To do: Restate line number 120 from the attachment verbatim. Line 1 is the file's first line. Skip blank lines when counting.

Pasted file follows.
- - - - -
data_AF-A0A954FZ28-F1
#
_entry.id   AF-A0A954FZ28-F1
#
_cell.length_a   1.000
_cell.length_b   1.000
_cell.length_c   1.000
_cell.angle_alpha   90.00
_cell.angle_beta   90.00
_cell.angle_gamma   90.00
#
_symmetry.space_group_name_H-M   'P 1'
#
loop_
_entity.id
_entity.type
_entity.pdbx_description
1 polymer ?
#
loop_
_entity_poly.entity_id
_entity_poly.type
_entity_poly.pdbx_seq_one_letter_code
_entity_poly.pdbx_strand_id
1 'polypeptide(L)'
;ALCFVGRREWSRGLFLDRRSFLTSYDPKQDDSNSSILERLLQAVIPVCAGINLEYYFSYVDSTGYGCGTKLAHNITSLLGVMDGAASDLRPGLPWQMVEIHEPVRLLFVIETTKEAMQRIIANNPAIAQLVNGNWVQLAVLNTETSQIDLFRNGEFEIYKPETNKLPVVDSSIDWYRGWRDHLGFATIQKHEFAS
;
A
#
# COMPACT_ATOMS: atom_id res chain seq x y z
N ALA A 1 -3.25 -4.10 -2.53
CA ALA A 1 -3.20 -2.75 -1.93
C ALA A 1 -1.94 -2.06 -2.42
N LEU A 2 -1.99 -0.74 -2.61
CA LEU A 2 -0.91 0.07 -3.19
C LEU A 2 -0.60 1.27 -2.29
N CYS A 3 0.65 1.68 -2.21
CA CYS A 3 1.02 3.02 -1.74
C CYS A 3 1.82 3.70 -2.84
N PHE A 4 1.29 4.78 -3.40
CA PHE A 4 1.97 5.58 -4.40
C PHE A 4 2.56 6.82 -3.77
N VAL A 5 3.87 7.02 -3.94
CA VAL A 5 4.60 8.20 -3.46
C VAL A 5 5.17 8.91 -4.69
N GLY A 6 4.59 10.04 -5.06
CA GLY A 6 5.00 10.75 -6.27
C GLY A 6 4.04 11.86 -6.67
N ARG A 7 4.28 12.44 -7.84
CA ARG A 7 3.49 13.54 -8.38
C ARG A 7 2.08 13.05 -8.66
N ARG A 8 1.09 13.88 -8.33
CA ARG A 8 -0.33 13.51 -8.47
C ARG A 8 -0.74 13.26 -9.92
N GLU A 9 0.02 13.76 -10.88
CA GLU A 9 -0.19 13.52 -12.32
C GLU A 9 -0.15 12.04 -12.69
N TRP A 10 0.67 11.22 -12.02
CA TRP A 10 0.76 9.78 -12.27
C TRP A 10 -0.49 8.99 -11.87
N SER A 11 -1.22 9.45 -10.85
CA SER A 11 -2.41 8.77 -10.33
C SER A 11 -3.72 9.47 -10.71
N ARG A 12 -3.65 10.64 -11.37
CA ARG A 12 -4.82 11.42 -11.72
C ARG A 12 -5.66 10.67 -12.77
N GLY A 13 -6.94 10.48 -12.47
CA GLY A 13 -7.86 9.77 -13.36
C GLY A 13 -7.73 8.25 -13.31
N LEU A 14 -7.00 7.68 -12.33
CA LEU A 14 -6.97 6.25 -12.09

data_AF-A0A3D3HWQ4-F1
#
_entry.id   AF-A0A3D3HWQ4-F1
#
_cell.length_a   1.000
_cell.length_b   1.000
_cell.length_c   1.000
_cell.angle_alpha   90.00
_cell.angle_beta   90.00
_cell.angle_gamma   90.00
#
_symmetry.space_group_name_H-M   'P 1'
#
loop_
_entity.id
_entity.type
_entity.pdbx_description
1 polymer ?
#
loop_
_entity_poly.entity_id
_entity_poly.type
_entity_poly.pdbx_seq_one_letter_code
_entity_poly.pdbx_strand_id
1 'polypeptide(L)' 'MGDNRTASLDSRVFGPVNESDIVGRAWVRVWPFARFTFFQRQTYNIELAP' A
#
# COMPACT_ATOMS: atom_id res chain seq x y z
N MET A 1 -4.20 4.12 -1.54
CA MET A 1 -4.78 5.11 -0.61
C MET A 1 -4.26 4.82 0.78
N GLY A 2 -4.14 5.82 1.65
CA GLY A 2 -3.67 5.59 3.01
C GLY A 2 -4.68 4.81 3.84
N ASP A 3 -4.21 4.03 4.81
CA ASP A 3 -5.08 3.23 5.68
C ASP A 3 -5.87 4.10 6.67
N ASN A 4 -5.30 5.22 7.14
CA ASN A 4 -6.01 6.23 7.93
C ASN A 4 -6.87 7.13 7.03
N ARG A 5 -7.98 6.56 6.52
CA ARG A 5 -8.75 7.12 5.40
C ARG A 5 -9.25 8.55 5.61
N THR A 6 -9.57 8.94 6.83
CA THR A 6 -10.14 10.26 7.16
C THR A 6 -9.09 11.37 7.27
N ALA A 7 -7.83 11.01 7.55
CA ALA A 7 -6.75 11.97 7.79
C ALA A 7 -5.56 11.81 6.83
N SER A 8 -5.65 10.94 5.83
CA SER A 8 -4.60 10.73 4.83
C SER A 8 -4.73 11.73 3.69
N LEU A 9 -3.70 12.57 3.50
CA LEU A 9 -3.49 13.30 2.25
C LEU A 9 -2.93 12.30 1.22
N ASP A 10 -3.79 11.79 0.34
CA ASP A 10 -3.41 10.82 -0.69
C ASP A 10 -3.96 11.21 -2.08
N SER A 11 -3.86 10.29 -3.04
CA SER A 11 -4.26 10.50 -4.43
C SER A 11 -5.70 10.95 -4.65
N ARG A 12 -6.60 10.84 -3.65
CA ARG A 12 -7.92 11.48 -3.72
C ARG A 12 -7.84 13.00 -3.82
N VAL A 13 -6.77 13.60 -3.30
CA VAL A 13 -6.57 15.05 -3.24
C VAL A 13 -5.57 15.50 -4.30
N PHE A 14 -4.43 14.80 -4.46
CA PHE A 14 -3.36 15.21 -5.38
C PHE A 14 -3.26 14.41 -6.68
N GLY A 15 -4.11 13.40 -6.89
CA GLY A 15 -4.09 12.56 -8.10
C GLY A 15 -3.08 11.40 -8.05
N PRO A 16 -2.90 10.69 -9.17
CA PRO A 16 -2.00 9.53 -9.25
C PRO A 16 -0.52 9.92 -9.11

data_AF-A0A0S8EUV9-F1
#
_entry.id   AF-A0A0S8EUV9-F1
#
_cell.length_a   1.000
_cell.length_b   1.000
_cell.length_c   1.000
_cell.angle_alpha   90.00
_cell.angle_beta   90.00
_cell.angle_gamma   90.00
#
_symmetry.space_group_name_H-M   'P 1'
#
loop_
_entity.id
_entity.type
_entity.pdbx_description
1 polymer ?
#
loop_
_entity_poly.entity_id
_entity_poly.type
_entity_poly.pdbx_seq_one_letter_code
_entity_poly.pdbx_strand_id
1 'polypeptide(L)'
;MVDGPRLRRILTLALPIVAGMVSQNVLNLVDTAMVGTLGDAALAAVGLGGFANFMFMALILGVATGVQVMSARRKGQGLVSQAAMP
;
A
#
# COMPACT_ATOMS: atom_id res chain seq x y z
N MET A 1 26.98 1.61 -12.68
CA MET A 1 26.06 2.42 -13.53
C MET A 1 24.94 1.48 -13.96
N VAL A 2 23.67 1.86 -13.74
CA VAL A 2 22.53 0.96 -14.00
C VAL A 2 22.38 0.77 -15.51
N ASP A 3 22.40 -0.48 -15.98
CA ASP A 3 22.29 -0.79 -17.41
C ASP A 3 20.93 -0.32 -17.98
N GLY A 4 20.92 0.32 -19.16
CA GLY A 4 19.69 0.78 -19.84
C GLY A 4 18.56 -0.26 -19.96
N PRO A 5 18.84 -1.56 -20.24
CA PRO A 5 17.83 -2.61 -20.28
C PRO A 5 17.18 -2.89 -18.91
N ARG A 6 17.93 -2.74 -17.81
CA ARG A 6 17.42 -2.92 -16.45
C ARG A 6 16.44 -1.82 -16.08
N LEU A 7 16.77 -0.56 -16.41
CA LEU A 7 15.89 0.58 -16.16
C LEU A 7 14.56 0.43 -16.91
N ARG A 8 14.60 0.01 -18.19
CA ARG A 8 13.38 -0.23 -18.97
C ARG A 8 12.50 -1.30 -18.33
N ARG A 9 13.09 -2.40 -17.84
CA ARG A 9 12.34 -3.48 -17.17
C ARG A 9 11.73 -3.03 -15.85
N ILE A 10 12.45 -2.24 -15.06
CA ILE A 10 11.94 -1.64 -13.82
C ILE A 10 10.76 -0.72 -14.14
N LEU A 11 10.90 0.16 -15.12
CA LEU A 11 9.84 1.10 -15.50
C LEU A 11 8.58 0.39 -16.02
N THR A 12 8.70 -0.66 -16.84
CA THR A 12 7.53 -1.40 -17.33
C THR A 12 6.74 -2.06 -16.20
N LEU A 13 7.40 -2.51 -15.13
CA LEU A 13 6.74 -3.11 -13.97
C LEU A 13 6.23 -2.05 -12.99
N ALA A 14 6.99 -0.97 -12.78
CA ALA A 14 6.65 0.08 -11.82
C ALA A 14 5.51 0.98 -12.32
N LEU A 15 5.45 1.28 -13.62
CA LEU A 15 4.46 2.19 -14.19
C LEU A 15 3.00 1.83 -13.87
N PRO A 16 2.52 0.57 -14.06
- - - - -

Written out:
N SER A 8 -5.65 10.94 5.83